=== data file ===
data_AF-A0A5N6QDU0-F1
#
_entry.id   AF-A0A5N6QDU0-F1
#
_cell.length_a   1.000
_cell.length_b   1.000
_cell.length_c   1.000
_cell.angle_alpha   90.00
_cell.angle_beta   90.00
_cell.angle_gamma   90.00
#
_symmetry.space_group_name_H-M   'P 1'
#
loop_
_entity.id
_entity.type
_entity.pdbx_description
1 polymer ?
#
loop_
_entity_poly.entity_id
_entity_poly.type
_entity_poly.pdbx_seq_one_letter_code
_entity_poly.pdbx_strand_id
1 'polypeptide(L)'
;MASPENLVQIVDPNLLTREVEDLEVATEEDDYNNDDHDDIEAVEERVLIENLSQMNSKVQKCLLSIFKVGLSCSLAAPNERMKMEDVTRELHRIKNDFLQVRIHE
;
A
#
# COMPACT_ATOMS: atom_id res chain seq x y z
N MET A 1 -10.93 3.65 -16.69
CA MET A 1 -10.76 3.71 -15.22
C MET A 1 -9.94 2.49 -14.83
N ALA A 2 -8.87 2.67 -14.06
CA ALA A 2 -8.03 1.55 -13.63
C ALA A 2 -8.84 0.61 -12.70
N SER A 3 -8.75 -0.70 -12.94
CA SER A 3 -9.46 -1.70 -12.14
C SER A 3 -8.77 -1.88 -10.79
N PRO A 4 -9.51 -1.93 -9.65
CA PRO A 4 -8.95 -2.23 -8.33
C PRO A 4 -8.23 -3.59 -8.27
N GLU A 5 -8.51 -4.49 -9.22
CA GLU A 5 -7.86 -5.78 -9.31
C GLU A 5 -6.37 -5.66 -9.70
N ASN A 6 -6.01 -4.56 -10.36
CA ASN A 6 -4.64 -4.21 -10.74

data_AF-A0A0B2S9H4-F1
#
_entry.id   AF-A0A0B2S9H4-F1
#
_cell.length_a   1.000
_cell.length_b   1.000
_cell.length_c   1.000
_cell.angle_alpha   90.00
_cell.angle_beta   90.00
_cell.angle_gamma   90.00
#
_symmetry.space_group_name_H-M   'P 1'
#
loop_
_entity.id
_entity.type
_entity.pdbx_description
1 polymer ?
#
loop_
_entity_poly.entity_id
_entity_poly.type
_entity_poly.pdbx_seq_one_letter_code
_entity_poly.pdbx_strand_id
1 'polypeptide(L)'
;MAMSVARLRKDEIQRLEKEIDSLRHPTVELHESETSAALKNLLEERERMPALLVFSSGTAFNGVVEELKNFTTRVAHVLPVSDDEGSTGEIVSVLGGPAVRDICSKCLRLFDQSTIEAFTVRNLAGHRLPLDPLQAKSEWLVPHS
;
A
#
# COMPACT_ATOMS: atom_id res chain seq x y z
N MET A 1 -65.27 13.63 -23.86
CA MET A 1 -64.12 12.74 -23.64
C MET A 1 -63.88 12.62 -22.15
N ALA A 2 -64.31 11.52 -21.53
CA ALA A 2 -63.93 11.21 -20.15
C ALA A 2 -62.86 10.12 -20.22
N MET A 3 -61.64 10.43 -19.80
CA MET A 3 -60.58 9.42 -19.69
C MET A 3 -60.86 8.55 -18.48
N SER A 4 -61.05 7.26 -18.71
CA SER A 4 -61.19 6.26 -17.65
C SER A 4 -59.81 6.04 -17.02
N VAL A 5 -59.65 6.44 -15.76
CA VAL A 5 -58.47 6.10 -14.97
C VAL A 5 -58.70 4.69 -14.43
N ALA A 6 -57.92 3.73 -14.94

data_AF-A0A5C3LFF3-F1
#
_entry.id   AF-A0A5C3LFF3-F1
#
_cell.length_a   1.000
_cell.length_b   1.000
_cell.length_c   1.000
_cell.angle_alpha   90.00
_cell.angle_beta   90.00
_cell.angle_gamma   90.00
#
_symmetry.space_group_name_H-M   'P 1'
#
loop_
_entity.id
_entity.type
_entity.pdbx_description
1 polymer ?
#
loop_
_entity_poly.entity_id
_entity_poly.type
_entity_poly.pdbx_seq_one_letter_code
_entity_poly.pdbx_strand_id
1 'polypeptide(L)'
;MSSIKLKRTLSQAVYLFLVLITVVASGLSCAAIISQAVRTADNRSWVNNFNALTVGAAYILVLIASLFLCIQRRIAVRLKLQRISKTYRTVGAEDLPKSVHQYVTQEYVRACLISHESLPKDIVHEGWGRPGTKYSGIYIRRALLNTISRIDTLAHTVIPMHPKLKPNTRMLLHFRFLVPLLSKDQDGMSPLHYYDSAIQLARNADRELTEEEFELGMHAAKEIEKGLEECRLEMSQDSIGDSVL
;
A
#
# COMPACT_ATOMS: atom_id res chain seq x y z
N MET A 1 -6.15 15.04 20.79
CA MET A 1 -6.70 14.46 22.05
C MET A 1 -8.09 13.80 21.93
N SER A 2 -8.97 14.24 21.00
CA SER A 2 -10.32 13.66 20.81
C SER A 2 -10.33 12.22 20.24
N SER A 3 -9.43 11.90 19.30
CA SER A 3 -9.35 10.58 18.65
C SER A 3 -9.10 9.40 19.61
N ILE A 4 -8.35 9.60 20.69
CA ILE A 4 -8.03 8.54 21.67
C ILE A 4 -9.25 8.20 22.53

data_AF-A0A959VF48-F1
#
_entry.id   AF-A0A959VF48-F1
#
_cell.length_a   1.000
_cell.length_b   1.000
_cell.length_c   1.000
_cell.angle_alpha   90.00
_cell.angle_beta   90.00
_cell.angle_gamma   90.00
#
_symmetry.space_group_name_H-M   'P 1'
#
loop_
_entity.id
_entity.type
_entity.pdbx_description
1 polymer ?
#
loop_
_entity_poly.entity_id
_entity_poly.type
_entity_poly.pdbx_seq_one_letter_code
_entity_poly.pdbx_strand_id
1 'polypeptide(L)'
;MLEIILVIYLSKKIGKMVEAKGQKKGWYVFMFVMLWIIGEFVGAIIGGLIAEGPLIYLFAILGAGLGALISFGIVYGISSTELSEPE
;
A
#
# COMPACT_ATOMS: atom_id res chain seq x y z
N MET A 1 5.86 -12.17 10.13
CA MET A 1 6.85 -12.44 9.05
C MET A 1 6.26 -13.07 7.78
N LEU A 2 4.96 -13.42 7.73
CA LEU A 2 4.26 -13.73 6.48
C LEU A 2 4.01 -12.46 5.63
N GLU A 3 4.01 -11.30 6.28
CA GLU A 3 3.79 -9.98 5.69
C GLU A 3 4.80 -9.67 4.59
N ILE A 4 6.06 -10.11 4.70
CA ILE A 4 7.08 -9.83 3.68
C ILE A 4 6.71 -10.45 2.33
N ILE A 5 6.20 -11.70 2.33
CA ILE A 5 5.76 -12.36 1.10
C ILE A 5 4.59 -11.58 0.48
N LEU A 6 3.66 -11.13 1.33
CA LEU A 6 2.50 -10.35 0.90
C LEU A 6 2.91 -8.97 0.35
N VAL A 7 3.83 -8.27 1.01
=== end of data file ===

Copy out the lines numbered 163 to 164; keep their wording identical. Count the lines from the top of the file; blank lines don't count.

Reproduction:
A
#